April 7, 2020
Anyone who’s been freelancing for at least a year can tell you that the clients come and go. Just like your dating life, some will ghost you, some run out of money and don’t tell you, some don’t mesh with your personality, and others just don’t know what the heck they’re doing. (Or was that just my previous dating life?)
When you’re busy juggling a lot of freelance assignments, it’s hard to think about a time when you won’t be slammed. I encourage you to think ahead and secure more work and clients weekly.
Look at the due dates for the articles you’re working on. Is everything due this month without promises of future deadlines and assignments? You’ll be in trouble come Thanksgiving and your income is waning. Remember, for many clients, at least 30 to 45 days pass between the time you’re turning in an assignment and actually getting paid.
If I want money to be flowing in around the December holidays, I better hustle my arse in October pitching editors ideas to make sure I’m turning in assignments in November. Look at your calendar to see how much money is due to come in this December and ask yourself if that’s enough. Then, consider that it might be tough to get work in December for January paychecks. In my personal experience, the holidays can be quiet when it comes to getting new clients—so you might find yourself with an unplanned, unpaid holiday break at the end of the year.
Do you love all of your clients? Are some easier to work with than others? Could you ditch one of those low-paying steady clients you don’t care to spend that time finding higher-paying clients? As of now, I have about two to three steady anchor clients—meaning I don’t think they’re going anywhere for the next six months. If I only do work for them for the next six months, I can pay my bills and get by. But I don’t want to just get by. One of the best parts of freelancing is that if you do it correctly, more effort means more money.
This year I stepped away from a few clients as their demands got higher and the rate wasn’t worth my time. I also asked a few lower-paying clients for more money. You could tell clients in November that your rates are increasing in 2019 as a way of boosting your bottom line. Wondering how much freelancers charge for articles or earn daily? It’s all over the map, but I think this infographic on ClearVoice based on research from their writers is a good starting point.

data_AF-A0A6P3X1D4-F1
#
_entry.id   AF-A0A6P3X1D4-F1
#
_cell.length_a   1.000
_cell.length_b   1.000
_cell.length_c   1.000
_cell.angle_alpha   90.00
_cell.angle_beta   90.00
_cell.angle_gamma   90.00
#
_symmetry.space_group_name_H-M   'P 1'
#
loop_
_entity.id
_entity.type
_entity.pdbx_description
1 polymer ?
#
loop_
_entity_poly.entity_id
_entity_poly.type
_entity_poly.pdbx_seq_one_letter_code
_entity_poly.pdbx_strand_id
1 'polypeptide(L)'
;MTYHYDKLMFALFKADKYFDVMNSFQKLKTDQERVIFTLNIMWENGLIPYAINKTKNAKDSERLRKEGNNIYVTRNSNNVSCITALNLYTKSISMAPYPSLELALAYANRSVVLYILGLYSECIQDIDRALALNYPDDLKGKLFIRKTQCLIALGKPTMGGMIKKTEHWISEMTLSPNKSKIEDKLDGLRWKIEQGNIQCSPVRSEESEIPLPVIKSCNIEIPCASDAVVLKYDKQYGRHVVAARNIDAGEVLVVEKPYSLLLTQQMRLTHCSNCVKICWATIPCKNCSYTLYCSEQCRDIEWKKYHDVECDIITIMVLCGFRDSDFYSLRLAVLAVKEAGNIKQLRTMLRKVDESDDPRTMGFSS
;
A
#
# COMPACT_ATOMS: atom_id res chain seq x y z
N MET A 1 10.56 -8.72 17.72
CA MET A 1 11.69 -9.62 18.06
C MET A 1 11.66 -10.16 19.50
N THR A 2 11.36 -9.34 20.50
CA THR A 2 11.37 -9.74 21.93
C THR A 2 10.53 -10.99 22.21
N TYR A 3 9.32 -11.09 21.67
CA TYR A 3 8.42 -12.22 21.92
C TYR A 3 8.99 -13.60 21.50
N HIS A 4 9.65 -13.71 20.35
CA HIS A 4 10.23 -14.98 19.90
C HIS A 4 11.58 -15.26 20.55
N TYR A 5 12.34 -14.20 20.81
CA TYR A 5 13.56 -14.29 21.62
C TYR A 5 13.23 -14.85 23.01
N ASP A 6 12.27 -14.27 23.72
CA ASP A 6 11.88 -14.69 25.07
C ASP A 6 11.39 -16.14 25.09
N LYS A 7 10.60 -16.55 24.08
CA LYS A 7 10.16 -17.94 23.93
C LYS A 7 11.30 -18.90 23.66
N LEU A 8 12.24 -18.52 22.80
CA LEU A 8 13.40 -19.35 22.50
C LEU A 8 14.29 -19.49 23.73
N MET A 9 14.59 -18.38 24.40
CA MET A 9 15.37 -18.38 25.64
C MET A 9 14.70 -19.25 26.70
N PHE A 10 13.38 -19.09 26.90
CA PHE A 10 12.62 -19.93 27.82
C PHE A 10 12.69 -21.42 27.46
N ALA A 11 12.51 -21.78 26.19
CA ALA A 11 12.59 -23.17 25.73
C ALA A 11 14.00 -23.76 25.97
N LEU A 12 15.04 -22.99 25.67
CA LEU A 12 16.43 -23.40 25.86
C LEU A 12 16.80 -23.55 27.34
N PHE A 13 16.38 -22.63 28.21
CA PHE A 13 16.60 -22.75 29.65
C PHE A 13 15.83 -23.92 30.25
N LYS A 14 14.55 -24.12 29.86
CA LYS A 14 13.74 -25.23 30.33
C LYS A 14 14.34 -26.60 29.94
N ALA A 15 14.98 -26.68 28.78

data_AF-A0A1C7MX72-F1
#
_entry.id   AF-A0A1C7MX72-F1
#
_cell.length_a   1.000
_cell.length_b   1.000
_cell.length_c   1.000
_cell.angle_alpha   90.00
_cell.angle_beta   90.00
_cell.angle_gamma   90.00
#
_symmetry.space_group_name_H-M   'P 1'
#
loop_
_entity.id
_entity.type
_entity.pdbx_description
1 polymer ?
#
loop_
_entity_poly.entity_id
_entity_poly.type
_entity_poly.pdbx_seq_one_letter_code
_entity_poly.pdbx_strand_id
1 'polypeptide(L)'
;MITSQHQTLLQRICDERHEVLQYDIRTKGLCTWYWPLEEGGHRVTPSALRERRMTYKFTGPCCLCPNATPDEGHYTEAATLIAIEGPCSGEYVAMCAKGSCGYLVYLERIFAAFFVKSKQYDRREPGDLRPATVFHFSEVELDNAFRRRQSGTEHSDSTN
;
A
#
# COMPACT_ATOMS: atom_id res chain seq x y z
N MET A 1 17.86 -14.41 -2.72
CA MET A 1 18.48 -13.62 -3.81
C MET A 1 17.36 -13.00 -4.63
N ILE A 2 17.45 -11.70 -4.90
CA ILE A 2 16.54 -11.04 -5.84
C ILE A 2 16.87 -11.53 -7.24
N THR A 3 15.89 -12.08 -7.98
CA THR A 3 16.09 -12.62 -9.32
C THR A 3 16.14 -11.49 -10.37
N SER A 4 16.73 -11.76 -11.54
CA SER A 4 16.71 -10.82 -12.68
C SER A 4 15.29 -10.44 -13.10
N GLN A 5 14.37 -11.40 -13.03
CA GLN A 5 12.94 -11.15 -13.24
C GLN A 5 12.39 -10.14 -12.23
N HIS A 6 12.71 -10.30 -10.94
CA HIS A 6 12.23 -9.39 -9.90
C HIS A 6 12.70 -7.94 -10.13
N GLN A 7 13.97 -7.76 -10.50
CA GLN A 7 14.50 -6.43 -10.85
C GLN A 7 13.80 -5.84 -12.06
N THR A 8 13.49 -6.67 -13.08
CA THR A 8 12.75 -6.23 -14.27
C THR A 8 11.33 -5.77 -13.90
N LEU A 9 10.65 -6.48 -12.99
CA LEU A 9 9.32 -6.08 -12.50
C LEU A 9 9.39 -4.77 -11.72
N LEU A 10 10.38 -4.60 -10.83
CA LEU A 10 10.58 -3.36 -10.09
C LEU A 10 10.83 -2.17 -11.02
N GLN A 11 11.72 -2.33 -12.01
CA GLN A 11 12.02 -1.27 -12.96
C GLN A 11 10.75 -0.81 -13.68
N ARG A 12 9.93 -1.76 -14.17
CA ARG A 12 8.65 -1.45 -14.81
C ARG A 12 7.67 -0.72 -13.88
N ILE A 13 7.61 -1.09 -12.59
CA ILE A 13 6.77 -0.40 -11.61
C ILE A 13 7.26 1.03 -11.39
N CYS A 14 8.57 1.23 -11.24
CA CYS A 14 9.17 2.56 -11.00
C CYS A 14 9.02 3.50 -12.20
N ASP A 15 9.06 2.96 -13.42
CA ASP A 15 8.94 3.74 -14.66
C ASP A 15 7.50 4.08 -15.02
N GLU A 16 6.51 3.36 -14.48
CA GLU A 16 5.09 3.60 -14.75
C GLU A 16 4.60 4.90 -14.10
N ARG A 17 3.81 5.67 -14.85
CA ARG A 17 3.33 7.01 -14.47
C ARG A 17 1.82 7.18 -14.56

There’s a number of reasons why a company’s freelance budget dries up or you stop hearing from an editor you worked with. As of November, I’ve written articles for 26 publications this year. Some were under the same company’s umbrella but it’s safe to say I’ve written for at least 15 different companies in 2018 alone. If I only relied on my anchor clients, I would have missed out of all of that money, probably at least $40,000 worth. That being said, not all of them were a good fit for both of us. When you want to make six figures as a freelancer, you should assume that no anchor client is guaranteed next month. Try new opportunities to see if they work and find ways to keep working with editors you love.
If you want to become a six figure freelancer, you need to constantly be marketing and reaching out to previous clients while looking for new ones. I have to admit “marketing” is not my forte and sending out a bunch of emails introducing myself to new clients and editors isn’t top of mind, particularly when I’m slammed. Even more so when I’m feeling burnt out by deadlines and life in general. But when I looked ahead to see that I didn’t have a ton of money scheduled to come in after December, I knew I needed to get on it. So I’m reaching out to former editors, introducing myself to new clients, and sending blind emails out to agencies every week. My goal is to send out at least five emails like this weekly, ideally 10 to 15. Five is a goal I can stick with.
What are your marketing goals for the next few months? Share them below!
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